The brain produces the cerebrospinal fluid (CSF) and stores a significant volume of fluid. It is held within compartments of the brain referred to as ventricles. Hydrocephalus is a condition where there is excess fluid within the ventricles. It is sometimes referred to as having fluid on the brain. 

The normal human brain contains cerebrospinal fluid (CSF). The clear and colourless fluid circulates through the brain and spine. It main function is to carry nutrients as well as waste products through the brain and spine. It is sometimes referred to as a window to the brain. Removing this fluid and testing it is a common method for diagnosing brain and spine conditions. 

Hydrocephalus can occur in children or in adults. Increased retention of cerebrospinal fluid (CSF) in the brain leads to increased pressure in the skull. This can cause further damage to the brain tissue. The skull of infants and children is not as rigid. Hydrocephalus can result in the expansion of children’s skulls. In adults, hydrocephalus results in raised intracranial pressure.

Causes of hydrocephalus

Congenital Hydrocephalus

Sometimes hydrocephalus can be congenital and present since birth. This type of disease is  known as congenital hydrocephalus. Congenital Hydrocephalus can be a result of a brain anomaly leading to the restriction of cerebrospinal fluid (CSF) flow.  

Acquired Hydrocephalus

When the disease develops during adulthood or childhood, tit is known as acquired hydrocephalus. Acquired hydrocephalus occurs in older people, adults, and children due to an injury or illness caused to the brain. The exact cause for the occurrence of the disease is still not known.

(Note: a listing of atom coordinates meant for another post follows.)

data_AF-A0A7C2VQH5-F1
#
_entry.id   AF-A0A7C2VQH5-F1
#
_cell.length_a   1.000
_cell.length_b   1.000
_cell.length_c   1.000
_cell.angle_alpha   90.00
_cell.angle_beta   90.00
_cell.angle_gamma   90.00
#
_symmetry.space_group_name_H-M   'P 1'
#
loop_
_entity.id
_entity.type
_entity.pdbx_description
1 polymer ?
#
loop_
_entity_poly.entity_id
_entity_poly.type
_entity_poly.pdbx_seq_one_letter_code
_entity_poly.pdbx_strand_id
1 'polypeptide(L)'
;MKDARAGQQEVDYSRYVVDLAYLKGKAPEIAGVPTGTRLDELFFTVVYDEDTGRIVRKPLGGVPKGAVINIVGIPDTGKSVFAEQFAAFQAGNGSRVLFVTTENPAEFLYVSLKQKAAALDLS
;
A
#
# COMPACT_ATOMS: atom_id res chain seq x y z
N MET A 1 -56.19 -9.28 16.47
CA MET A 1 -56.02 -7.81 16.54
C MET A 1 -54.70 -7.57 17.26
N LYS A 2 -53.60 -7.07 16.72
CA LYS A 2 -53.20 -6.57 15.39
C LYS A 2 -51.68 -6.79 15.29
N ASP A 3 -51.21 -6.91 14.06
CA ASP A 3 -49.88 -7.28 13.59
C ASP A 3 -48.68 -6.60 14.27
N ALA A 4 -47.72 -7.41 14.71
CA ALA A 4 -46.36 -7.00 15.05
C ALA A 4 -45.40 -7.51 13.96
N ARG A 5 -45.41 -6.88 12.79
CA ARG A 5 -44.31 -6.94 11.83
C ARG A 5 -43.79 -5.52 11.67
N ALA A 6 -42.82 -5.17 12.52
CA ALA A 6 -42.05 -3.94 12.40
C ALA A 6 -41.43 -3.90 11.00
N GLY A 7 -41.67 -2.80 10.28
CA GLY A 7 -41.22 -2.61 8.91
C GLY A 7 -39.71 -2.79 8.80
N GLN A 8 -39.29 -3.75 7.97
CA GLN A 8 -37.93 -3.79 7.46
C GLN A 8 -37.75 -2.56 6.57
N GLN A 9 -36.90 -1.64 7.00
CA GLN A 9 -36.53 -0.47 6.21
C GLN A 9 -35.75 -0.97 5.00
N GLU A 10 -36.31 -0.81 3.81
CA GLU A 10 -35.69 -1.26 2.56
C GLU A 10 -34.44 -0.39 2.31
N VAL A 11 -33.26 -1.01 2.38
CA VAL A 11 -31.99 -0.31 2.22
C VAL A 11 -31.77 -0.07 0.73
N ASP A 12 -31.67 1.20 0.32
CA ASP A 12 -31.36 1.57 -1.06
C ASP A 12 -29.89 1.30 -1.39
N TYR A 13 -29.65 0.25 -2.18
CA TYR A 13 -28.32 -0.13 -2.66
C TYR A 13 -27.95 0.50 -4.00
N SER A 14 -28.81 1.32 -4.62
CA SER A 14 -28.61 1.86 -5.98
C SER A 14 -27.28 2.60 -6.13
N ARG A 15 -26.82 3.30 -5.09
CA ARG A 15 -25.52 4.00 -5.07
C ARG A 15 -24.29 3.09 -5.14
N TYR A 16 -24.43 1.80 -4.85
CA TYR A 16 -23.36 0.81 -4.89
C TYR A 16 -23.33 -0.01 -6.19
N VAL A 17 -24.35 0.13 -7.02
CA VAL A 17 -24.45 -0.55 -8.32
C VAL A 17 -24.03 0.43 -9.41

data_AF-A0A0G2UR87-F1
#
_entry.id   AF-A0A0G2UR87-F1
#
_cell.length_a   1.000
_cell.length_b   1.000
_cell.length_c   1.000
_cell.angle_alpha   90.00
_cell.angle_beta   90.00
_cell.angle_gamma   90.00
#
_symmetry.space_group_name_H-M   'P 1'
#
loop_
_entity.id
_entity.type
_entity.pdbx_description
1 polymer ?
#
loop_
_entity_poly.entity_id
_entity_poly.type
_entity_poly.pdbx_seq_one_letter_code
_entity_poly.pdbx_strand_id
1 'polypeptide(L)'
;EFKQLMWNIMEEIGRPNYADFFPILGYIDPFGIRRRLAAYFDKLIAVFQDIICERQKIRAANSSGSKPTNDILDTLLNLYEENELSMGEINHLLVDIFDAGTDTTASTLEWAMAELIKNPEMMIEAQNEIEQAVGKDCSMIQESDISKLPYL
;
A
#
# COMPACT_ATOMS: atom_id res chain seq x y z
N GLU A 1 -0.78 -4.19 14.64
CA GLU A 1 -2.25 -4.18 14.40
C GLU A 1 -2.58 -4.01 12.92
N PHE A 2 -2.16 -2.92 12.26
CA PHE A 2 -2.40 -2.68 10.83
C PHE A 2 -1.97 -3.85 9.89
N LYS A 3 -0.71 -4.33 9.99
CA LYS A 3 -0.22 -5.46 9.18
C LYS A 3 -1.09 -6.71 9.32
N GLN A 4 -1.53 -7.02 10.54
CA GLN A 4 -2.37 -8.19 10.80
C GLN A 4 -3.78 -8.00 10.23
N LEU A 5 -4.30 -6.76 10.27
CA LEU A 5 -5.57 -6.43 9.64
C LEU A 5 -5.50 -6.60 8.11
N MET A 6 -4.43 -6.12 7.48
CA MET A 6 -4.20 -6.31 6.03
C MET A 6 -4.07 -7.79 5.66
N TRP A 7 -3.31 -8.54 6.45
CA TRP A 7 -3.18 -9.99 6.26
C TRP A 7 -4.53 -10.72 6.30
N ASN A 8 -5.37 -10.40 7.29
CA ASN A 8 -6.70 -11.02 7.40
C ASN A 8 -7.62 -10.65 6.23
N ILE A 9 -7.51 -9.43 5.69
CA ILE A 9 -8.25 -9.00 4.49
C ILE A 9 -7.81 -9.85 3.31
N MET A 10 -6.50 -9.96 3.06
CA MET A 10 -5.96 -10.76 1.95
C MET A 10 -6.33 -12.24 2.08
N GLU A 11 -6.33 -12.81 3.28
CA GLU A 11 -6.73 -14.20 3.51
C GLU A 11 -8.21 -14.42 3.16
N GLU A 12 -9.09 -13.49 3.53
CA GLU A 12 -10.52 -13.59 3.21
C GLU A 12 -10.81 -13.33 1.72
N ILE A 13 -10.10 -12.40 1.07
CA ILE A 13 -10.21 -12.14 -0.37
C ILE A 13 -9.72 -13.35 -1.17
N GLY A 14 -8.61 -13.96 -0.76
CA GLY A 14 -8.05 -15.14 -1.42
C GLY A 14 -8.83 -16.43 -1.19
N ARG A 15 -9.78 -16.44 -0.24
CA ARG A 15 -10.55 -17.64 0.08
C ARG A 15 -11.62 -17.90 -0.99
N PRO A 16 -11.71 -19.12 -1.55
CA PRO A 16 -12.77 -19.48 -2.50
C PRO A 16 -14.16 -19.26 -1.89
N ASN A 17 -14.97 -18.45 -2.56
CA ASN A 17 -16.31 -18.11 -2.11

Hydrocephalus Symptoms

The most common symptoms of hydrocephalus are:

  • Headaches
  • Nausea
  • Vomiting
  • Vision problems
  • Difficulty walking

Hydrocephalus Risk Factors


The membranes in the brain called meninges can swell in a disorder like meningitis. This leads to the formation of scar in the area. This increases the risk of hydrocephalus in patients.

Brain injury

Brain injuries can lead to the overproduction of cerebrospinal fluid (CSF) in the shunt system. This increases the risk of hydrocephalus.

Bleeding in the brain

Bleeding in the brain can lead to the formation of a blood clot in the blood vessel. This blood clot obstructs the flow of cerebrospinal fluid. This increases the CSF pressure within the brain and in some cases leads to hydrocephalus.

Premature delivery

Babies born prematurely can have bleeding in the ventricular system of the brain that may cause hydrocephalus.

Brain tumour

Brain tumours may restrict the flow of the cerebrospinal fluid, increasing the risk of hydrocephalus in patients.

Hydrocephalus Diagnosis

A sequence of MRI scans can diagnose hydrocephalus. Evaluation also includes ophthalmological examination. Sometimes further invasive techniques are employed to measure the pressure inside the brain.

Treatment of hydrocephalus

The definitive treatment of hydrocephalus is performing a shunt operation or endoscopic ventriculostomy. This involves putting a tube into the ventricles of the brain. Then the distal end of the tube channels fluid under the skin and into the abdomen. 

In this manner, excess fluid is drained, alleviating pressure and preventing any damage to the brain. It may be preferable to use a programmable shunt which is also MRI compatible. It is not unusual to make adjustments to the shunt valve settings to control and regulate CSF drainage.

Rehabilitation and recovery from hydrocephalus

Physical therapy 

After surgery post hydrocephalus, patients experience difficulty in walking and maintaining their balance. The physical therapist will work with the patient to help regain their balance and walking ability. The therapist will evaluate the level of support a patient needs and make the patient walk using a walker. 

Cognitive therapy 

After the surgery some patients experience problems in thinking. They may experience a decline in cognitive abilities for some time. In such cases, cognitive therapist and neurologist can help the patient to improve thinking and memory skills.

Occupational therapy 

Occupational therapists help the patient handle the activities of daily life. This includes bathing, feeding, activities at workplace, dressing and writing. This therapy can also help a patient, who has difficulty in speaking, and in moving the jaw and tongue.